Not an auspicious start to the day with high winds and driving rain on the agenda, but by the time we meet at the car park at the side of Ladybower the sky has cleared and we are hopeful. Hopeful, not stupid. We pull on all our waterproof gear, just in case!
The last time we walked this way PC had forgotten her camera. This time, though, she'd remembered it - but the battery wasn't working. Grovelling apologies ensued, but it was the proffered bottle of Old Tom (with chocolate - can't wait to try it) that clinched it. For that particular ale I'd forgive anything. Anyway, she has a mobile phone that takes pictures, so that would have to suffice for today.
We set off up the steep bridleway up Hag Side. Behind us, across the water, is the dramatic Derwent Edge which we had walked a few weeks ago, and the massive Wheelstones are prominent. We climb quickly and can soon see up the valley towards the dam which has water gushing over the top in a white, foaming cascade. We can even hear the pounding torrent from here. The light is perfect and PC takes a photo - just hope that the phone camera is able to do it justice.
This is a steep uphill climb which takes us beneath the trees where we startle some sheep who leap athletically over a fence to avoid us. A heavy shower of rain suddenly bursts down on us but no sooner do we pull up our hoods than it stops. It's going to be one of those days.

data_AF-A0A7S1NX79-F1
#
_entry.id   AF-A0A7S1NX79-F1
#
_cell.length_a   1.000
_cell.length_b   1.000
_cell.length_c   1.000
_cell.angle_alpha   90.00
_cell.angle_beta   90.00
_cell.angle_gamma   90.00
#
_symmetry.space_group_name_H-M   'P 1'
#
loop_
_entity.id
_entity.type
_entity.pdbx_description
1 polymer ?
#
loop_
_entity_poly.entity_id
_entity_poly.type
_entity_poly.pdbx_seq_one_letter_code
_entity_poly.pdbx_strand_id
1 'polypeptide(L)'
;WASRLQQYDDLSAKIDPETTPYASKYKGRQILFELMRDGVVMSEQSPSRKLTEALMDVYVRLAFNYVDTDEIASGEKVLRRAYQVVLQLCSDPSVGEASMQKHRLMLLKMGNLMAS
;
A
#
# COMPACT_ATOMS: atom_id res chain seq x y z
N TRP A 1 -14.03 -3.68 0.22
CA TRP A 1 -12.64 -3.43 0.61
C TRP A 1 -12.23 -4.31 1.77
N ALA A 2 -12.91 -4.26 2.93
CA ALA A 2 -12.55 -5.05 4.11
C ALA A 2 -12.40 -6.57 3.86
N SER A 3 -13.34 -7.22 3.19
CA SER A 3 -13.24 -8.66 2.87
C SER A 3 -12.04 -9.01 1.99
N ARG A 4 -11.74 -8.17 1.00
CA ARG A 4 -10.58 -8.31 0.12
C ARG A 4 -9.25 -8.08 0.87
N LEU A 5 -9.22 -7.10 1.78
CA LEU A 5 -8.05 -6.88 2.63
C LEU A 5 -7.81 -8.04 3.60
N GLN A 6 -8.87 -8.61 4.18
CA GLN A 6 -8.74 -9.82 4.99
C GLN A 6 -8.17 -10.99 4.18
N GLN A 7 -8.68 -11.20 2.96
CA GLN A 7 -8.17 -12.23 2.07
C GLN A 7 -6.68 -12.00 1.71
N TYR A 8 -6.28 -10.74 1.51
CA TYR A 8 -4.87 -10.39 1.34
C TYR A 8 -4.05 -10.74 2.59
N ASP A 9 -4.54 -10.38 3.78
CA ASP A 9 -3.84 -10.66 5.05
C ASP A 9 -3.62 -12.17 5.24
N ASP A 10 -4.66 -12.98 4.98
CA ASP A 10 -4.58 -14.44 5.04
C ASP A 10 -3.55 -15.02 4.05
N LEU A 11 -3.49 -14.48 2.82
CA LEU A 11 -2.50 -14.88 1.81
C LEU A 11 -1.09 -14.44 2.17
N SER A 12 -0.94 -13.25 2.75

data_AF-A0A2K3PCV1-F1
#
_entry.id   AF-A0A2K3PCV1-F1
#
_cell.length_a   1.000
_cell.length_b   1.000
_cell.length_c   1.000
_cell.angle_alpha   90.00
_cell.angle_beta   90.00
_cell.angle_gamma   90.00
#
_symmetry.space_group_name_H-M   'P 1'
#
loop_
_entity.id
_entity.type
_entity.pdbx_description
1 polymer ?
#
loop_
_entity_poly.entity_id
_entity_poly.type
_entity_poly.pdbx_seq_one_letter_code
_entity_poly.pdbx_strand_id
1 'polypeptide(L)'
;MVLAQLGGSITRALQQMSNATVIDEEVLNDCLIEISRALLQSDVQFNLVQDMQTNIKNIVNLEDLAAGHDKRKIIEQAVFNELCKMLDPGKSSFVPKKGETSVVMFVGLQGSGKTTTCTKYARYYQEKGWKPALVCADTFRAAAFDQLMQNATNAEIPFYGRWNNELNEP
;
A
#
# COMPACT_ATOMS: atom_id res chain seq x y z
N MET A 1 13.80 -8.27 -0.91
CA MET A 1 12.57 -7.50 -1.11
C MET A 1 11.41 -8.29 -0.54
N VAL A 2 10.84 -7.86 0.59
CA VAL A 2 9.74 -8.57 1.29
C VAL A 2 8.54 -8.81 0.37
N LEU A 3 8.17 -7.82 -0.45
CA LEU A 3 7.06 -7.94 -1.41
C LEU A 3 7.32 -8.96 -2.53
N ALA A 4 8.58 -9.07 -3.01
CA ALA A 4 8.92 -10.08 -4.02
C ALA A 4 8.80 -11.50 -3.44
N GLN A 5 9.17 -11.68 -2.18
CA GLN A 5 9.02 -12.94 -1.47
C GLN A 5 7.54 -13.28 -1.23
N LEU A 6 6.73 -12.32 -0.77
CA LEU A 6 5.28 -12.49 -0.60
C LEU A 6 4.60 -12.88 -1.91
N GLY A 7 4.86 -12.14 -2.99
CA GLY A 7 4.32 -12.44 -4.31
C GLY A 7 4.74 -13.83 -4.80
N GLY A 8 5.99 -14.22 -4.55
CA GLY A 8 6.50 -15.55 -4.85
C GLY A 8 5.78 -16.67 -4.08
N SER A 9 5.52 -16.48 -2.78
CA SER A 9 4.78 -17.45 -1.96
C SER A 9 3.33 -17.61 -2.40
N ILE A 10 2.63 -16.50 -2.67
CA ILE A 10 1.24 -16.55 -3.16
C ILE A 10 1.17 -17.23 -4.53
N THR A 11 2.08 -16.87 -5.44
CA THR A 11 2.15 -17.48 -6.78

We both agree that the uphill slog isn't so bad. certainly not as bad as we remember it. Are our memories playing tricks? Or are we really getting better at this sort of thing?
Within no time we reach the top and as we go through the gate we are suddenly exposed to the howling wind, and another sudden torrent of rain. We turn our backs to the weather but this is more than a quick, passing squall so we retrace our steps back onto the bridleway where we gain some shelter from the rise of the hill and the trees. Sure enough, a few minutes patience is rewarded and the rain stops enabling us to strike out again.
We turn left on the path which is awash with rainwater. The trees to our left provide no shelter as the wind is coming across the moors from the right. It's hard to make ourselves heard, quite an achievement. The views are opening up as we trudge soggily up the gentle grassy incline: Bleaklow, Kinder, Mam Tor are all in our sights as we look around. Closest is the Vale of Edale to our right with Rushup Edge clearly defined. To think, we were only up there last week.
A couple of waterproof-clad walkers approach from the gate in the wall ahead of us. So we're not the only mad people out on the hills today. We pause a moment to exchange pleasantries, and we all remark upon our collective lunacy. At least if we're carted off to the loony bin we won't be alone. They head down the path as we push on up. The rain has abated but the wind is blowing hard.